11 Trending Words of 2014


[fol-oh-er] /ˈfɒl oʊ ər/
a person or thing that follows.
a person who follows another in regard to his or her ideas or belief; disciple or adherent.
a person who imitates, copies, or takes as a model or ideal:
He was little more than a follower of current modes.
an attendant, servant, or retainer.
a person who follows or subscribes to another's posts on a social-networking website:
He spent hours figuring out how to get more followers on Twitter.
British Informal. a boyfriend or suitor, especially of a maidservant.
Machinery. a part receiving motion from or following the movements of another part, especially a cam.
Engineering, Building Trades. a concrete form attached to the head of a timber pile to permit casting of a concrete cap or pier.
before 900; Middle English folwer, Old English folgere. See follow, -er1
2. supporter. Follower, adherent, partisan refer to someone who demonstrates allegiance to a person, a doctrine, a cause, and the like. Follower often has an implication of personal relationship or of slavish acquiescence. Adherent, a more formal word, has implications of active championship of a person or a point of view. Partisan, ordinarily meaning a person prejudiced and unreasoning in adherence to a party, during World War II took on the meaning of a member of certain groups in occupied countries of Europe who carried on underground resistance to the Nazis.
2. opponent, adversary, enemy, foe. Unabridged
Based on the Random House Dictionary, © Random House, Inc. 2014.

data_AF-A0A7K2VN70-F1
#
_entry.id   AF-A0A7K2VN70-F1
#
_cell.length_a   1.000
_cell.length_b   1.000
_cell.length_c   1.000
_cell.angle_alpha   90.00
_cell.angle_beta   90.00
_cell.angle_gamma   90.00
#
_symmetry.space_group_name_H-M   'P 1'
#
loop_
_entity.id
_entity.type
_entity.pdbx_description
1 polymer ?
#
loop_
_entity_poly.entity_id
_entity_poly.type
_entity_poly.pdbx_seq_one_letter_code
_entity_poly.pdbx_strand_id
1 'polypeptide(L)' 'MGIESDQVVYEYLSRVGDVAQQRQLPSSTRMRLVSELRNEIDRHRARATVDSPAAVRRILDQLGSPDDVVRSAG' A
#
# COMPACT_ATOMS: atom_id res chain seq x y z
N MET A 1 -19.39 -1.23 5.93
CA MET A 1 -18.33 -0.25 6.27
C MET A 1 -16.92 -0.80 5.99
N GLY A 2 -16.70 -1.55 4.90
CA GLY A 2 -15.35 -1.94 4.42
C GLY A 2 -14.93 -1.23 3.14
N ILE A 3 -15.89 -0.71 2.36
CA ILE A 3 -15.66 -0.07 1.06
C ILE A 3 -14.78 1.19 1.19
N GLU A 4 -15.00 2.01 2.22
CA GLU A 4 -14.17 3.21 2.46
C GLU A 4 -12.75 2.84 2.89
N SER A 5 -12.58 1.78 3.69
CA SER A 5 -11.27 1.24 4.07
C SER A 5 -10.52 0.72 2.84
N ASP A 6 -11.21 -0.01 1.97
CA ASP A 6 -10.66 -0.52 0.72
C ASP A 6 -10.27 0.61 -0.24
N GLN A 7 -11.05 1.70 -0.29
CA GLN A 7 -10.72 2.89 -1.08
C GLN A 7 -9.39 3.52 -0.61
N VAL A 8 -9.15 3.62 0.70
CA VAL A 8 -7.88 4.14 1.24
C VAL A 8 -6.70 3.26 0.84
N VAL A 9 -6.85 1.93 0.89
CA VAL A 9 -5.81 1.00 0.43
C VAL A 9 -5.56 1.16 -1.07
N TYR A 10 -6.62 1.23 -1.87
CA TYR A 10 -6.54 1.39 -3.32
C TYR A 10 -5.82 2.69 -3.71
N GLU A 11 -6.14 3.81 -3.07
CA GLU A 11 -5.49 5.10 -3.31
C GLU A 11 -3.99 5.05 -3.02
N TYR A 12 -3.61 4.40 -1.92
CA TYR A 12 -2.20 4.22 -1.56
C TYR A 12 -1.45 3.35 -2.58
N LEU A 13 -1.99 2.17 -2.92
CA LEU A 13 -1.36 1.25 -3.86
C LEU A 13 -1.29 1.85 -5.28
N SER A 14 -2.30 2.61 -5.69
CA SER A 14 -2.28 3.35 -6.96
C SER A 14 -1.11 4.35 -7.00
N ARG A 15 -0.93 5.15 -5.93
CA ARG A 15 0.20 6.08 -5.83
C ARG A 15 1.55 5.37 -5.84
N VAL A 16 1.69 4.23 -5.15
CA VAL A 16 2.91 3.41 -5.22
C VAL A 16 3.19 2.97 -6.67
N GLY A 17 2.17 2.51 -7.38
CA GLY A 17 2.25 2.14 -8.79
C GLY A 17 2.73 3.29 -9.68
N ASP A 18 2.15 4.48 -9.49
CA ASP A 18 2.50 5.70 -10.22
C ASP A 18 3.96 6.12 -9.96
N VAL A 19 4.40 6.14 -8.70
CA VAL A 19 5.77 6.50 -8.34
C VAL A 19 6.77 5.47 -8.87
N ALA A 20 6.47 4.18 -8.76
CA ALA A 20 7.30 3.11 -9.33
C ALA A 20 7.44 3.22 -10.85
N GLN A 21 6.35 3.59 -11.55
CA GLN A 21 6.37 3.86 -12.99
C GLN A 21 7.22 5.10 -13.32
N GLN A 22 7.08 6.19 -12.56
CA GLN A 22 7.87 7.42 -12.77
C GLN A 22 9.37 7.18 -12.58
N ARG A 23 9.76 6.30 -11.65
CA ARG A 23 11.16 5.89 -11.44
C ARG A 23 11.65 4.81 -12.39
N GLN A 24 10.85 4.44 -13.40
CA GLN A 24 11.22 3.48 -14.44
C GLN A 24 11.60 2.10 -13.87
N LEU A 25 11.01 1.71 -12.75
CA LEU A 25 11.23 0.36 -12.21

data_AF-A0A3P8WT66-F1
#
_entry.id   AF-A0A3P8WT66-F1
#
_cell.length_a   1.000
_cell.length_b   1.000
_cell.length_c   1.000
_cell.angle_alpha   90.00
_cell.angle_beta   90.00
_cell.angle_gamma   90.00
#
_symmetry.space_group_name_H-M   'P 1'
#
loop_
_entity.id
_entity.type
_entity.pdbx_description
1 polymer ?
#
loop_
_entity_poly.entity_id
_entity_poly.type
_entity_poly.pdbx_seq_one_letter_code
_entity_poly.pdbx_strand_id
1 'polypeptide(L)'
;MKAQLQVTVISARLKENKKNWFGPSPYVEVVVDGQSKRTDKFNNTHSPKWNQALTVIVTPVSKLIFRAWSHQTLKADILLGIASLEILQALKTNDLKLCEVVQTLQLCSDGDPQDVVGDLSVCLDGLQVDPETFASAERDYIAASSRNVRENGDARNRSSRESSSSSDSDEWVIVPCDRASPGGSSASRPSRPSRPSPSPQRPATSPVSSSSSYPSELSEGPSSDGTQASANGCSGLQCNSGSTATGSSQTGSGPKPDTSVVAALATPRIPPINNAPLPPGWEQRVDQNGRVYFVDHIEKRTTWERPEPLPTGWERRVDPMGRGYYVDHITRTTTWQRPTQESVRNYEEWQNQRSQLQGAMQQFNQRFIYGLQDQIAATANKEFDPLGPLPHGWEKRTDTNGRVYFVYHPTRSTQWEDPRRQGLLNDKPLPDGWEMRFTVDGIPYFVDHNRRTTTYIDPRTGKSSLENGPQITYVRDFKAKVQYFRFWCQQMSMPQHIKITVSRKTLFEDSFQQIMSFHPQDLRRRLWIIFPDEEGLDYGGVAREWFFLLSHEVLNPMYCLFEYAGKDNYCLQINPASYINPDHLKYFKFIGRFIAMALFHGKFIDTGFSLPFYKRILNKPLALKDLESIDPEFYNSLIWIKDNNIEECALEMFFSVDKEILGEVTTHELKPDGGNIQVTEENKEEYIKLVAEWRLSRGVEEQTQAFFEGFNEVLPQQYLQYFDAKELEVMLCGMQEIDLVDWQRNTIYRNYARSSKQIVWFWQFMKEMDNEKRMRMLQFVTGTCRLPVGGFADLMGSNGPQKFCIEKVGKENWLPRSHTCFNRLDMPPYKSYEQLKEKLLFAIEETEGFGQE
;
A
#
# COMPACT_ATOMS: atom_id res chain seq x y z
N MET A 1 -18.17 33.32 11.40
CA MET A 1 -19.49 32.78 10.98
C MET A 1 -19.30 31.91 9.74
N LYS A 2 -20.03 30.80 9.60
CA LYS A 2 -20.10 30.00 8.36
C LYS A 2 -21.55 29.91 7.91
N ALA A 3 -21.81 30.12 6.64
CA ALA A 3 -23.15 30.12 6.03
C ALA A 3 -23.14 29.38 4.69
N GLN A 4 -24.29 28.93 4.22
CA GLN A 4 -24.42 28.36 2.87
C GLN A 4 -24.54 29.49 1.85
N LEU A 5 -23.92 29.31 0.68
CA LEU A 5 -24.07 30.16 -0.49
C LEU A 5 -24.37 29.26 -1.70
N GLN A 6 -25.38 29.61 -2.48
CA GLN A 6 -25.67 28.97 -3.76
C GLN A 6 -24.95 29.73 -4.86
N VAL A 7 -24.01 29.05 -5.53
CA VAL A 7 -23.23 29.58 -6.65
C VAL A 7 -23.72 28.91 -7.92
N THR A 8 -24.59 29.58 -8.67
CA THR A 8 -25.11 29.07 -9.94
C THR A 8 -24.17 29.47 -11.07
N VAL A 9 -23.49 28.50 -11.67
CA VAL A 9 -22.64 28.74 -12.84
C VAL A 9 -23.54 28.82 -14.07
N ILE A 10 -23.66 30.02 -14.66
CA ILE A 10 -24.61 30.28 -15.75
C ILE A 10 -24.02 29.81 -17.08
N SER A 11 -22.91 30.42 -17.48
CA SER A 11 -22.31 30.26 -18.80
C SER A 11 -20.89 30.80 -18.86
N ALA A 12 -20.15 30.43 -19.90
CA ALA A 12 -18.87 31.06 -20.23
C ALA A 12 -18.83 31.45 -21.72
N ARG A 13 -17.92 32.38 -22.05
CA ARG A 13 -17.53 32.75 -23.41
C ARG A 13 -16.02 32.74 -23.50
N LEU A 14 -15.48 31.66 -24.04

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Examples from the web for followers
  • Perhaps only because its followers were forced out of their homeland by their enemies.
  • For followers of the intrepid space agency, news of the delay-or any delay, really-will surely come as no surprise.
  • Pseudo science and its followers the psychologists, herbalists, chiropractors and other hucksters should be banned.
  • Many of their existing algorithms could be aligned to bring back results bringing them closer to their core followers.
  • The younger may be more likely to be followers, more indulged or more abused depending on a particular family dynamic.
  • It's the oldest scam in movement building: tell people what they want and expect to hear and you will gain followers.
  • It's strange to hear these comments in a place formerly populated by scientists and their followers.
  • They are killing the planet by encouraging their followers to have more children than they should.
  • These patterns can tell you what roles people play in groups: you can figure out who the leader is and who the followers are.
  • The pages also open up the chance for followers to submit comments.
British Dictionary definitions for followers


a person who accepts the teachings of another; disciple; adherent: a follower of Marx
an attendant or henchman
an enthusiast or supporter, as of a sport or team
(esp formerly) a male admirer
(rare) a pursuer
a machine part that derives its motion by following the motion of another part
Collins English Dictionary - Complete & Unabridged 2012 Digital Edition
© William Collins Sons & Co. Ltd. 1979, 1986 © HarperCollins
Publishers 1998, 2000, 2003, 2005, 2006, 2007, 2009, 2012
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Word Origin and History for followers



Old English folgere "retainer, servant, disciple; successor," agent noun from follow. Related: Followers.

Online Etymology Dictionary, © 2010 Douglas Harper
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